But would he get away with it? Giulianiâ€™s pandering in all directions on this issue, his evident lack of a guiding moral or legal principle on the issue, is tailor-made for attack by Hillary Clintonâ€™s campaign. We can hear her now in a head-to-head debate: â€œWhich is it, mayor? Do your ideal â€˜strict constructionistâ€™ judges strike down a womanâ€™s right to choose, or not? Which do you want to see happen? Where are you on this issue?â€ Does Rudy then betray a career-long support of abortion rights â€” or the platform of his party â€” or stick bumptiously to his well-rehearsed mantra of â€œdonâ€™t-care strict constructionismâ€? Surely the Democrats are already relishing the opportunity theyâ€™ll have to make him dance even faster.
Why do we worry about the flip-flopper or the panderer in political campaigns? Because we wonder whom to trust, to be sure. But also because we want our own partyâ€™s candidates to be as invulnerable as possible to attack by the opposition party. A lot of pro-lifers want desperately to trust Rudy Giuliani, and are willing to put the fate of the right-to-life cause in his hands because they believe heâ€™s the man who can beat Hillary Clinton. But even if that trust is wisely given (a big if indeed), on this issue, compared to almost anyone else in the GOP field â€” Mitt Romney most certainly included â€” Rudy Giuliani is the most vulnerable candidate the Republicans could make their standard-bearer.
I don’t myself care much about the abortion issue. (I’m not really planning on having any personally.) But I care a great deal about Gun Control, on which issue Giuliani’s record is utterly abysmal, and Hizzoner’s recent supposed conversion on the subject does not impress me in the least. If they nominate Giuliani, I’ll be voting Third Party.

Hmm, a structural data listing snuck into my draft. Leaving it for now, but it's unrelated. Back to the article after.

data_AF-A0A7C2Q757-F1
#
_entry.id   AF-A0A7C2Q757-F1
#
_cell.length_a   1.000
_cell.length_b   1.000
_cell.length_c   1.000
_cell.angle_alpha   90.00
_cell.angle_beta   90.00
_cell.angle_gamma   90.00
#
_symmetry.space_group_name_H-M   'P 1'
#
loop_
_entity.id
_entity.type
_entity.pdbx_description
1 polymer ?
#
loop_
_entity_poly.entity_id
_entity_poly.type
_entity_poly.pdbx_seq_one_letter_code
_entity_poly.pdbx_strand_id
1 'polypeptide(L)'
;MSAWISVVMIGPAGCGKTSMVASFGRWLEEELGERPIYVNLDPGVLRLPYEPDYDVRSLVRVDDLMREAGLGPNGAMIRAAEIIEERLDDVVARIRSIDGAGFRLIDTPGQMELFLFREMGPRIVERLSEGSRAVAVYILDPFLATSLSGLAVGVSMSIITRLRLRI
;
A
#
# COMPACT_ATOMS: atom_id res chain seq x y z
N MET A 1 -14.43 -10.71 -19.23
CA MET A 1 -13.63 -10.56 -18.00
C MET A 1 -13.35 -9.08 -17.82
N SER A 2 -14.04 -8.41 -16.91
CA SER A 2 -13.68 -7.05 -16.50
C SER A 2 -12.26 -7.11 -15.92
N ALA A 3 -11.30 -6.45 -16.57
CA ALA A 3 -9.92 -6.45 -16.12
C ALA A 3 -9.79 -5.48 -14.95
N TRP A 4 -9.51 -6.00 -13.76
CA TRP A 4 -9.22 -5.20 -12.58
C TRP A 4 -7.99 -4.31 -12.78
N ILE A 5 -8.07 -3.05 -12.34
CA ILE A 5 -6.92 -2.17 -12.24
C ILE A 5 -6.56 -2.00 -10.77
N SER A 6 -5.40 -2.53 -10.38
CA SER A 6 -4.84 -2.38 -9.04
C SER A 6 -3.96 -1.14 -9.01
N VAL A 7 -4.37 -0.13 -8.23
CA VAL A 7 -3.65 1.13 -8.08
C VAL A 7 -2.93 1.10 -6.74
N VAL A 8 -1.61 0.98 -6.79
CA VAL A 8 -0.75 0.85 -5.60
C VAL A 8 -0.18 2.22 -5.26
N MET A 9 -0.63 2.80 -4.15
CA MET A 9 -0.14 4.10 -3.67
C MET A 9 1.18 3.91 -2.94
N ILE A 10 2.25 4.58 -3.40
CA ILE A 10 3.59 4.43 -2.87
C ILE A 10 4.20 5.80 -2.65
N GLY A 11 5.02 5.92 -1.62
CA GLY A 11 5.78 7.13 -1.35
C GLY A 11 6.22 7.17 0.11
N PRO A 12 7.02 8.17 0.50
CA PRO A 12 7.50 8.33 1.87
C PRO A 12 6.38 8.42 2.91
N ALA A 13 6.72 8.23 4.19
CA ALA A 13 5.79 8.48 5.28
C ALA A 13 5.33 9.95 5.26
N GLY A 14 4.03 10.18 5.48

05 Nov 2007
Nick Rivera debunks Hizzoner’s campaign narrative.
Itâ€™s among the most well-known and often-implemented strategies in the universe of presidential politics: appeal to the partyâ€™s base during the primaries and tack back towards the center during the run-up to the general election. This process doesnâ€™t necessarily dictate that the presidential candidate â€œflip-flopâ€ on any of his or her positions. He or she merely emphasizes one set of policies for the partisans who will be voting in the presidential primaries and then, several months later, emphasizes a different set of policies for the American electorate at large.
However, in recent years, a somewhat different tactic has emerged as a favorite among presidential candidates: the art of flip-flopping by presidential candidates who staked out positions that were popular when running for statewide office but became politically inconvenient when faced with appealing to the party base in the run up to presidential primaries. …
In yet another example of a politician advocating one position while running for state or local office and a completely different one upon running for president, Rudy Giuliani has decided that he now supports a very strict interpretation of the Second Amendment. While Giulianiâ€™s critics have been quick to point out Giulianiâ€™s sudden change of heart with regards to gun control, Giulianiâ€™s defenders have argued that Giulianiâ€™s positions are consistent with the principle of federalismâ€”arguing that while he may have supported strict gun control laws for New York City, he believes that individual states have the right to reject such gun control laws.
Unfortunately for Giuliani and his supporters, Giulianiâ€™s current â€œfederalistâ€ interpretation of the Second Amendment directly contradicts his gun control record as mayor of New York…
Read the whole thing.
27 Oct 2007
Pat Buchanan on Giuliani.
A McGovernite in 1972, he boasted in the campaign of 1993 that he would “rekindle the Rockefeller, Javits, Lefkowitz tradition” of New York’s GOP and “produce the kind of change New York City saw with … John Lindsay.” He ran on the Liberal Party line and supported Mario Cuomo in 1994.
Pro-abortion, anti-gun, again and again he strutted up Fifth Avenue in the June Gay Pride parade and turned the Big Apple into a sanctuary city for illegal aliens. While Ward Connerly goes state to state to end reverse discrimination, Rudy is an affirmative-action man.
Gravitating now to Rudy’s camp are those inveterate opportunists, the neocons, who see in Giuliani their last hope of redemption for their cakewalk war and their best hope for a “Long War” against “Islamo-fascism.”
I will, Rudy promises, nominate Scalias. Only one more may be needed to overturn Roe. And I will keep Hillary out of the White House.
A Giuliani presidency would represent the return and final triumph of the Republicanism that conservatives went into politics to purge from power. A Giuliani presidency would represent repudiation by the party of the moral, social and cultural content that, with anti-communism, once separated it from liberal Democrats and defined it as an institution.